DILDYL603: Daylighting

 

 

 

 

MODULE DETAILS

DILDYL603 - Daylighting

 

Nominal duration: 7 weeks (84 hours total time commitment) including 1 week for the capstone project (Learning Outcome 7).

 

This time commitment includes the structured activities, preparation reading, attendance at each webinar, completing exercises, practical assessments and proctored assessments.

It is also expected that students spend additional time on readings, personal study, independent research and learning, practicing on remote labs and required software and working on any projects and assignments.

 

This module covers daylighting technologies, daylight harvesting and how system performance can be modelled are detailed. It also highlights the role of daylighting in green building rating schemes and building regulation.

MODULE PURPOSE

The purpose of this module is for participants to develop comprehensive understanding of the impact of daylight on building interiors, which is important for lighting designers. This module introduces the sun and sky as light resources, daylight availability, and how daylight is quantified.

MODIFICATION HISTORY

V1.2 - new

PREREQUISITE AND/OR

CO-REQUISITE MODULES

None

SUMMARY OF LEARNING OUTCOMES

1.    Analyse daylight availability

2.    Compare the different daylight and glare metrics and their application

3.    Analyse daylight availability in buildings

4.    Describe the application and benefits of daylight harvesting systems

5.    Perform modelling of daylighting

6.    Discuss the role of daylighting in green buildings

7.    Perform a daylighting assessment

LEARNING OUTCOMES

ASSESSMENT CRITERIA

Learning outcomes specify what students will be able to do as a result of the learning.

Assessment criteria provide the criteria by which achievement of the learning outcomes will be judged.

1

Analyse daylight availability

1.1

Calculate daylight availability at a given location

2

Compare the different daylight and glare metrics and their application

2.1

Describe the quantification and measurement of daylight, with specific reference to (a) Daylight Autonomies, (b) Useful Daylight Illuminances (c),

luminance, (d) glare indices

 

 

 

 

2.2

Outline current issues in measurement of daylight and glare

3

Analyse daylight availability in buildings

3.1

Describe historical perspectives in architectural daylighting

3.2

Describe the interaction between daylight and architectural forms

3.3

Design a window shade

3.4

Outline methods for daylight harvesting

4

Describe the application and benefits of daylight harvesting systems

4.1

Compare the features and drawbacks of active and passive systems

 

4.2

Describe the operation of: (a) louvres and blinds, (b) light shelves, (c) prismatic systems, (d) light redirecting glass, (e) anidolic systems, (f) light pipes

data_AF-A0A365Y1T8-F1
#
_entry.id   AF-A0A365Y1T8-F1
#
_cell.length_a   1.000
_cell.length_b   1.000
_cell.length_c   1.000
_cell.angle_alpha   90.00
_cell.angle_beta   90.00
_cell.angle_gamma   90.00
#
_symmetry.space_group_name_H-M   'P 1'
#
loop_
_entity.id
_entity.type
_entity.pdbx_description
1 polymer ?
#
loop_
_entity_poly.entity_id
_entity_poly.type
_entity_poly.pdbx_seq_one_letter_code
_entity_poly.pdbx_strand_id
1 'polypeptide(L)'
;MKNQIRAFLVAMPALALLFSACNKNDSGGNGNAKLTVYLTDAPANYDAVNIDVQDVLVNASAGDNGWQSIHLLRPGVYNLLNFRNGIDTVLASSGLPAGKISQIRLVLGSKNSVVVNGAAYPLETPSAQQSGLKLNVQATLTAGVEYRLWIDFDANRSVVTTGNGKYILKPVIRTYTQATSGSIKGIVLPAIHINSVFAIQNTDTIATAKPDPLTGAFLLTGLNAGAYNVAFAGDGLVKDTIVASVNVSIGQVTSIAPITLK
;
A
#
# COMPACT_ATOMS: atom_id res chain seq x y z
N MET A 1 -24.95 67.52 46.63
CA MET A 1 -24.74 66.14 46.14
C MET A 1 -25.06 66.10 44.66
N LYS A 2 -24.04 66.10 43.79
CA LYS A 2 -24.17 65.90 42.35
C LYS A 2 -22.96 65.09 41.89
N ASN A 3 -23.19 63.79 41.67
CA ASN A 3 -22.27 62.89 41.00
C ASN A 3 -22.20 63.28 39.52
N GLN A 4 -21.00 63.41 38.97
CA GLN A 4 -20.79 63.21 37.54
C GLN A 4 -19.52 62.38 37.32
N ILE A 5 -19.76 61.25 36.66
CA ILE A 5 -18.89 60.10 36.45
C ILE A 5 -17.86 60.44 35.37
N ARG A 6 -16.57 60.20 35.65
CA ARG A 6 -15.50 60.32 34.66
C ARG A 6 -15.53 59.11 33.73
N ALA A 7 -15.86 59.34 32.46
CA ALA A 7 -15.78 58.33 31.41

4.3

Describe the integration of electric lighting and daylighting

5

Perform modelling of daylighting

5.1

Perform daylight prediction

5.2

Compare standard sky models

5.3

Describe climate-based modelling

5.4

Use parametric modelling tools

6

Discuss the role of daylighting in green buildings

6.1

Describe the role of daylighting in green buildings

6.2

Identify daylighting-related points in national and international ratings schemes

6.3

Describe agreement and conflict between priorities and outcomes

6.4

Describe visual comfort in green buildings

7

Perform a daylighting assessment

7.1

Perform a site analysis for daylighting availability

7.2

Model daylight in the building to assess the lighting conditions

 

7.3

Analyse the results of daylight modelling to make recommendations on building interior layout and daylighting controls

 

7.4

Formulate recommendations for systems or technology that may improve or enhance daylight conditions in the building

DELIVERY MODE

Online and/or On-campus

SPECIALISED RESOURCES

N/A

 

 

ASSESSMENT STRATEGY

METHODS OF ASSESSMENT

Assessors should gather a range of evidence that is valid, sufficient, current and authentic. Evidence can be gathered through a variety of ways including direct observation, supervisor's reports, project work, structured assessments, samples and questioning. This will include short answer questions on the knowledge content, the use of remote and virtual labs, and writing tasks to apply the learning to academic tasks.

CONDITIONS OF ASSESSMENT

Assessors must:

·         hold the appropriate assessor competency standards as outlined in regulations; and

·         be able to demonstrate vocational competencies at least to the level being assessed; and

·         be able to demonstrate how they are continuing to develop their VET knowledge and skills as well as maintaining their industry currency and assessor competence.

 

Questioning techniques should not require language, literacy and numeracy skills beyond those required in this module. The candidate must have access to all tools, software, equipment, materials and documentation required.

 

The candidate must be permitted to refer to any relevant workplace procedures, product and manufacturing specifications, codes, standards, manuals and reference materials.

 

Assessments will be open book assessment and may be completed off-campus.

 

Model answers must be provided for all knowledge-based assessments to ensure reliability of assessment judgements when marking is undertaken by different assessors.

 

Software/Hardware Used

Software
Hardware